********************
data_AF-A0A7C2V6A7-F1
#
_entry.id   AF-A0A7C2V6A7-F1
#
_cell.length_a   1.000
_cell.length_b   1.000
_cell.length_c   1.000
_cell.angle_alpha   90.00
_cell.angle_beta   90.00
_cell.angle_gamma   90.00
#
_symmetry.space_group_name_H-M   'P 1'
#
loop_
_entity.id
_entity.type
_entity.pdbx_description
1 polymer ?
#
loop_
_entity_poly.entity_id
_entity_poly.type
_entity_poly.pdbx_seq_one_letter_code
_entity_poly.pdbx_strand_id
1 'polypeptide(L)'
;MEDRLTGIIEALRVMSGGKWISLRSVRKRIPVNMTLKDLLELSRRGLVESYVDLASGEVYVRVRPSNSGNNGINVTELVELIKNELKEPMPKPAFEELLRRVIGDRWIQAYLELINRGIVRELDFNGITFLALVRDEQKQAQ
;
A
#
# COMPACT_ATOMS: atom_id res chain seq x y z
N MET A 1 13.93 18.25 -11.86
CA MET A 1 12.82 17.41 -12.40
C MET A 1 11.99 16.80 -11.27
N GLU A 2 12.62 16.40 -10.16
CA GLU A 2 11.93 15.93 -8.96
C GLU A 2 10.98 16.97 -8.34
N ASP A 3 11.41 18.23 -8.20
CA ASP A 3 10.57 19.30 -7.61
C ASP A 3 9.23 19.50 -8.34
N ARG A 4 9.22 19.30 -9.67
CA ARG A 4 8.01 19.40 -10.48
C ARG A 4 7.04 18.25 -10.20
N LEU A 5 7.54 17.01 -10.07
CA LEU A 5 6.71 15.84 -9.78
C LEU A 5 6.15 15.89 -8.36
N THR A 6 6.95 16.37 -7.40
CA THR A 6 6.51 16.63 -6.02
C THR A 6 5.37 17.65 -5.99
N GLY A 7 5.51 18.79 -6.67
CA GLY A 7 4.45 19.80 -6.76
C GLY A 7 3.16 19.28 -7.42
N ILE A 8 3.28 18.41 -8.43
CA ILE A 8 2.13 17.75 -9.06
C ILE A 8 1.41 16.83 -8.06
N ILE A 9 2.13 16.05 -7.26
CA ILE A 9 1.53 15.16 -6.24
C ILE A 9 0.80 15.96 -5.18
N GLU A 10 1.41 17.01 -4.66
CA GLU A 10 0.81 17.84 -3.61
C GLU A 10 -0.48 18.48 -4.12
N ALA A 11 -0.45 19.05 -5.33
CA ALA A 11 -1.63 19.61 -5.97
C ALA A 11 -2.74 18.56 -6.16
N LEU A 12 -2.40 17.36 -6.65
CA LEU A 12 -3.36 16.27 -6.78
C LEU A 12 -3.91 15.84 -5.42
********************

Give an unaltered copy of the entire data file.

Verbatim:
data_AF-A0A7C2V6A7-F1
#
_entry.id   AF-A0A7C2V6A7-F1
#
_cell.length_a   1.000
_cell.length_b   1.000
_cell.length_c   1.000
_cell.angle_alpha   90.00
_cell.angle_beta   90.00
_cell.angle_gamma   90.00
#
_symmetry.space_group_name_H-M   'P 1'
#
loop_
_entity.id
_entity.type
_entity.pdbx_description
1 polymer ?
#
loop_
_entity_poly.entity_id
_entity_poly.type
_entity_poly.pdbx_seq_one_letter_code
_entity_poly.pdbx_strand_id
1 'polypeptide(L)'
;MEDRLTGIIEALRVMSGGKWISLRSVRKRIPVNMTLKDLLELSRRGLVESYVDLASGEVYVRVRPSNSGNNGINVTELVELIKNELKEPMPKPAFEELLRRVIGDRWIQAYLELINRGIVRELDFNGITFLALVRDEQKQAQ
;
A
#
# COMPACT_ATOMS: atom_id res chain seq x y z
N MET A 1 13.93 18.25 -11.86
CA MET A 1 12.82 17.41 -12.40
C MET A 1 11.99 16.80 -11.27
N GLU A 2 12.62 16.40 -10.16
CA GLU A 2 11.93 15.93 -8.96
C GLU A 2 10.98 16.97 -8.34
N ASP A 3 11.41 18.23 -8.20
CA ASP A 3 10.57 19.30 -7.61
C ASP A 3 9.23 19.50 -8.34
N ARG A 4 9.22 19.30 -9.67
CA ARG A 4 8.01 19.40 -10.48
C ARG A 4 7.04 18.25 -10.20
N LEU A 5 7.54 17.01 -10.07
CA LEU A 5 6.71 15.84 -9.78
C LEU A 5 6.15 15.89 -8.36
N THR A 6 6.95 16.37 -7.40
CA THR A 6 6.51 16.63 -6.02
C THR A 6 5.37 17.65 -5.99
N GLY A 7 5.51 18.79 -6.67
CA GLY A 7 4.45 19.80 -6.76
C GLY A 7 3.16 19.28 -7.42
N ILE A 8 3.28 18.41 -8.43
CA ILE A 8 2.13 17.75 -9.06
C ILE A 8 1.41 16.83 -8.06
N ILE A 9 2.13 16.05 -7.26
CA ILE A 9 1.53 15.16 -6.24
C ILE A 9 0.80 15.96 -5.18
N GLU A 10 1.41 17.01 -4.66
CA GLU A 10 0.81 17.84 -3.61
C GLU A 10 -0.48 18.48 -4.12
N ALA A 11 -0.45 19.05 -5.33
CA ALA A 11 -1.63 19.61 -5.97
C ALA A 11 -2.74 18.56 -6.16
N LEU A 12 -2.40 17.36 -6.65
CA LEU A 12 -3.36 16.27 -6.78
C LEU A 12 -3.91 15.84 -5.42